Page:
Unringing the Bell (Part II)

A previous post identified four ways senators can bring back the judicial filibuster by reversing the 2013 and 2017 nuclear option precedents. Yesterday’s post responded to critics who argue that the Senate cannot bring back the judicial filibuster because a bell once rung cannot be un-rung. Specifically, it examined a specific instance in 1975 when the Senate un-rang the bell.

The 1975 episode is not unique. On closer inspection, it turns out that senators have rung and un-rung the bell on several occasions over the past few decades. 

Resolving House-Senate Differences

A bill must pass both the House of Representatives and the Senate in identical form before it can be signed into law by the president. Differences between the House- and Senate-passed versions of a bill are often reconciled in a joint House-Senate conference comprised of conferees (members) selected by each chamber.

For example, the Energy and Water, Legislative Branch, and Military Construction and Veterans Affairs Appropriations Act (one of the so-called minibus appropriations bills; HR 5895) is currently in conference. The legislation cleared the House on June 8. The Senate passed it on June 28. And the Senate recently requested a joint House-Senate conference to resolve differences between the two chambers’ farm bill (Agriculture Improvement Act; HR 2). The House and Senate are also likely to use a conference committee to resolve differences between their defense appropriations bill. The Senate used the House-passed version (HR 6157) as the legislative vehicle for its next minibus appropriations bill.


While conferees have a lot of latitude in resolving differences, their power is limited by the institution’s rules and precedents. For example, Rule XXVIII, paragraph 3(a), prohibits conferees from inserting into their report “matter not committed to them by either House.” It also bars conferees from striking from the bill “matter agreed to by both Houses.” If conferees violate either of these provisions, a member can raise a point of order against the final product when it is considered in the full Senate.

Senators Nuke Rule XXVIII

On October 3, 1996, senators created a new precedent (the so-called FedEx precedent) that explicitly violated Rule XXVIII. During consideration of the Conference Report for the Federal Aviation Reauthorization Act of 1996 (Public Law 104-264), Majority Leader Trent Lott, R-Miss., raised a point of order that the conferees exceeded the scope of conference by including provisions relating to Federal Express. The Senate’s Presiding Officer (i.e. the Chair) sustained (or approved) the point of order. Lott then appealed the ruling and the Senate overruled the Chair by a vote of 39 to 56.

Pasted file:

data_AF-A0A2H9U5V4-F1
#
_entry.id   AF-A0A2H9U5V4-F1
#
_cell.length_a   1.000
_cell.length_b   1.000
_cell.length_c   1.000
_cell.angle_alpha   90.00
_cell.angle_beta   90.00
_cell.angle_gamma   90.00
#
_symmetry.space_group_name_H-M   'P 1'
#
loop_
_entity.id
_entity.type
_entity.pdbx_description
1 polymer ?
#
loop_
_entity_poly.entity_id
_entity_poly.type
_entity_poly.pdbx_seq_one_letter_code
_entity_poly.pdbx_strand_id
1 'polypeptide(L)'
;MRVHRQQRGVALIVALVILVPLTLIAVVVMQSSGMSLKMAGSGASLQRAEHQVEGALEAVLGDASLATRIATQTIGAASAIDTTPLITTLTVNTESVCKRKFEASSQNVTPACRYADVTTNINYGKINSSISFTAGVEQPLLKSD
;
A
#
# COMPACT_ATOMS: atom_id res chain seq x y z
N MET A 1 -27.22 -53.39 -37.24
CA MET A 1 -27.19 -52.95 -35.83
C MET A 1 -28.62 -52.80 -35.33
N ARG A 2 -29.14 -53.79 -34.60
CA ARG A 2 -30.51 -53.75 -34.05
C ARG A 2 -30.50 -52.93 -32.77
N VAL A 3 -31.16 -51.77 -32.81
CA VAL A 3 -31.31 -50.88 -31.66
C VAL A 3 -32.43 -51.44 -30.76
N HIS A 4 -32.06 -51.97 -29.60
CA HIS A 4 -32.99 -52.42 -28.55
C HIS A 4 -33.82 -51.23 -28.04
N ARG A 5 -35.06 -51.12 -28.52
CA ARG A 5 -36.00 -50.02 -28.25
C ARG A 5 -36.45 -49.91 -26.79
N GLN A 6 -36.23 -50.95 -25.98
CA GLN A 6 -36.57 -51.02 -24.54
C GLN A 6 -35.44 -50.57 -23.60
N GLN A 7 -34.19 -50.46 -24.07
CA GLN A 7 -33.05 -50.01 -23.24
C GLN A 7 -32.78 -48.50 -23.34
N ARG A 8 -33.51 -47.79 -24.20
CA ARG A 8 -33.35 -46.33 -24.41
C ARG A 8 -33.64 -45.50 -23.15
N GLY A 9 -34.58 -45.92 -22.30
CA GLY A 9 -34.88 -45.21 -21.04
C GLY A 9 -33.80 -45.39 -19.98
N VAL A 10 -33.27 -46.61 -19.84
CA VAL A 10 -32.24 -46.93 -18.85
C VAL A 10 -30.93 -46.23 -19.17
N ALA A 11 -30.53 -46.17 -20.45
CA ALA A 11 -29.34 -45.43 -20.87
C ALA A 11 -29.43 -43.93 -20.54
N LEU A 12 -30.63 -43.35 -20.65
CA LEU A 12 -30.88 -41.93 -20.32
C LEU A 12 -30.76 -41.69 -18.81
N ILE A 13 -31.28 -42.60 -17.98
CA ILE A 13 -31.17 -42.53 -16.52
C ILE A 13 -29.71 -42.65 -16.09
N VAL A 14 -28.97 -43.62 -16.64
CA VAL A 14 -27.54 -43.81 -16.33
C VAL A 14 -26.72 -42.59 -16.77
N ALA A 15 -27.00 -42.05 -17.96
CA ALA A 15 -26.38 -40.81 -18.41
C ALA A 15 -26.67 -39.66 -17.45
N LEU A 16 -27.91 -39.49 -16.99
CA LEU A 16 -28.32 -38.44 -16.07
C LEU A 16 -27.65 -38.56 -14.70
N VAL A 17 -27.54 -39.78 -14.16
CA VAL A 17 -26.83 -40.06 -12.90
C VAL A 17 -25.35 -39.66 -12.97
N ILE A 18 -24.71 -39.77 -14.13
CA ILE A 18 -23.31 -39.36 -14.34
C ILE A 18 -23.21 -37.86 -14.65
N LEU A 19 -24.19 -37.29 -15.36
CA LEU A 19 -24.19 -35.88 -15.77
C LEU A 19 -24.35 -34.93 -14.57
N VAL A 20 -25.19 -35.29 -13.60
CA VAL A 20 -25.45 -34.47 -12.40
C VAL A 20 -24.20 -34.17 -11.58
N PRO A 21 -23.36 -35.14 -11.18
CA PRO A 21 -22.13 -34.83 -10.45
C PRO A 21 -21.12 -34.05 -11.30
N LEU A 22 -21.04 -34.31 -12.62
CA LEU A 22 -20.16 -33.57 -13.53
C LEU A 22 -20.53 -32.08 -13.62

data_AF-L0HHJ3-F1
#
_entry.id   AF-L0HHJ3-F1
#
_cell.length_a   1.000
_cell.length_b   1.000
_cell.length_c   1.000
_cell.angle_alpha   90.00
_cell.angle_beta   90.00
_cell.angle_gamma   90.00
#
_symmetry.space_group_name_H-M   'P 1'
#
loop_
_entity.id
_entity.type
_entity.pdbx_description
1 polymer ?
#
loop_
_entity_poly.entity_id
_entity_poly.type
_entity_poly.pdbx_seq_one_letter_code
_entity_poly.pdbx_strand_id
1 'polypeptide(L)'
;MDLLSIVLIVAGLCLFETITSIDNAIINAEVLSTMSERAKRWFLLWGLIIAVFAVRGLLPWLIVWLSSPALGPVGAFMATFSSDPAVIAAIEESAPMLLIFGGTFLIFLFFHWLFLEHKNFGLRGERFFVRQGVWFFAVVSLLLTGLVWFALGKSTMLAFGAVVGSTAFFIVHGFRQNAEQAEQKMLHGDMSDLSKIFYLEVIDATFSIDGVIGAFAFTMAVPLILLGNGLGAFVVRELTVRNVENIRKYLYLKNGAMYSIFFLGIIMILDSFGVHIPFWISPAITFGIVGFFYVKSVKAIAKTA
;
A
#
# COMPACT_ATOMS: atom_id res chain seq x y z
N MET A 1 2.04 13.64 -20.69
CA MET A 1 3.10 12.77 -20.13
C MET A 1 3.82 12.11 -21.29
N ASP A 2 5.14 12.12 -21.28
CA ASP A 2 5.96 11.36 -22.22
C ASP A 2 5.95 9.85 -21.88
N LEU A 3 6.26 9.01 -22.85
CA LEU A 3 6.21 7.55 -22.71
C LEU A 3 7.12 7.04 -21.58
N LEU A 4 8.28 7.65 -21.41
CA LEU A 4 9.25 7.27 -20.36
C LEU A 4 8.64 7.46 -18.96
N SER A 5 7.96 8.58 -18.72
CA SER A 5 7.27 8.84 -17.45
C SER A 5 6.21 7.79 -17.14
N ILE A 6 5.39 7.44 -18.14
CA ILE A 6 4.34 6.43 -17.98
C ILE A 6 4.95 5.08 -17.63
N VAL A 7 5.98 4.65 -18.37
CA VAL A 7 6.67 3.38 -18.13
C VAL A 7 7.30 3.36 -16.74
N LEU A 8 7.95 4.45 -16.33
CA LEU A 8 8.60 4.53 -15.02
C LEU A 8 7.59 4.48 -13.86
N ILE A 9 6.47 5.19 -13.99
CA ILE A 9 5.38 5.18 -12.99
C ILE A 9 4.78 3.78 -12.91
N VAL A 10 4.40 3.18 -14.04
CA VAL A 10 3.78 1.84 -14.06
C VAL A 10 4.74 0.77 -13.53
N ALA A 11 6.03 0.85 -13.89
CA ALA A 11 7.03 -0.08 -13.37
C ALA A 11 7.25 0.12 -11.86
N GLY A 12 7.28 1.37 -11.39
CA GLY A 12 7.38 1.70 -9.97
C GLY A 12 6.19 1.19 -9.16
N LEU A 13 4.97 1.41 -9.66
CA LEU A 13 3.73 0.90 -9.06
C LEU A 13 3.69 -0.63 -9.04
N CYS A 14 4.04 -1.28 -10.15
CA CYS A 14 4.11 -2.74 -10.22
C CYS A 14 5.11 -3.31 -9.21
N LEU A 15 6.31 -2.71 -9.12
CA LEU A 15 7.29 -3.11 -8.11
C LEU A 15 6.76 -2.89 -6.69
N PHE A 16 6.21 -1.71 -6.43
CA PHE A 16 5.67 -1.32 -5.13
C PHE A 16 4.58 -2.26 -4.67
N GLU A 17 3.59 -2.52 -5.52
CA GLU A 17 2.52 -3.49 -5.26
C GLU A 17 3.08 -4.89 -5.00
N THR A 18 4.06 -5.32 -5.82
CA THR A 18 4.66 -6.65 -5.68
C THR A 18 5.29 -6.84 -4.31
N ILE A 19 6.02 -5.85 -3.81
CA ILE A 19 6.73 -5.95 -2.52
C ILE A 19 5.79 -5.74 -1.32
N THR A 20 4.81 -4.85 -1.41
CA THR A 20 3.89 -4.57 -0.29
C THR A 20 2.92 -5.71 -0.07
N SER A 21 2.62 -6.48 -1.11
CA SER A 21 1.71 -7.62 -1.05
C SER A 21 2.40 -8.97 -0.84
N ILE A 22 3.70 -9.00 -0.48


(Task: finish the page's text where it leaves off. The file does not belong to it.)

The FedEx precedent signaled that senators would ignore the provisions of Rule XXVIII prohibiting extraneous matter from being included in conference reports moving forward. This increased significantly conferees’ power by permitting them to include provisions in conference reports that were not included in the original House- or Senate-passed measure.

Senators Reverse the Nuclear Option

The Senate restored Rule XXVIII during the 106th Congress. Specifically, the Department of Commerce and Related Agencies Appropriations Act of 2001 (HR 5548) included the following provision reversing the precedent established during the 104th Congress.

Sec. 801. Beginning on the first day of the 107th Congress, the Presiding Officer of the Senate shall apply all of the precedents of the Senate under Rule XXVIII in effect at the conclusion of the 103rd Congress.

This provision was eventually enacted as part of the Conference Report to accompany the District of Columbia Appropriations Act for fiscal year 2001 (Public Law 106-553) that was signed into law on December 21, 2000. Additionally, an identical provision was included in the Consolidated Appropriations Act of 2001 (Public Law 106-554), which passed the Senate on December 15, 2000 and was also signed into law by the president on December 21. These actions brought Senate practice back into compliance with Rule XXVIII. 

Note that there has not been a serious or sustained effort to gut Rule XXVIII via the nuclear option in the 14 years since the FedEx precedent was reversed.

For more information on this from the leading authority on resolving House-Senate differences, see: Elizabeth Rybicki, “Senate Decisions Concerning the Authority of Conferees (Rule XXVIII),” Congressional Research Service(February 28, 2006).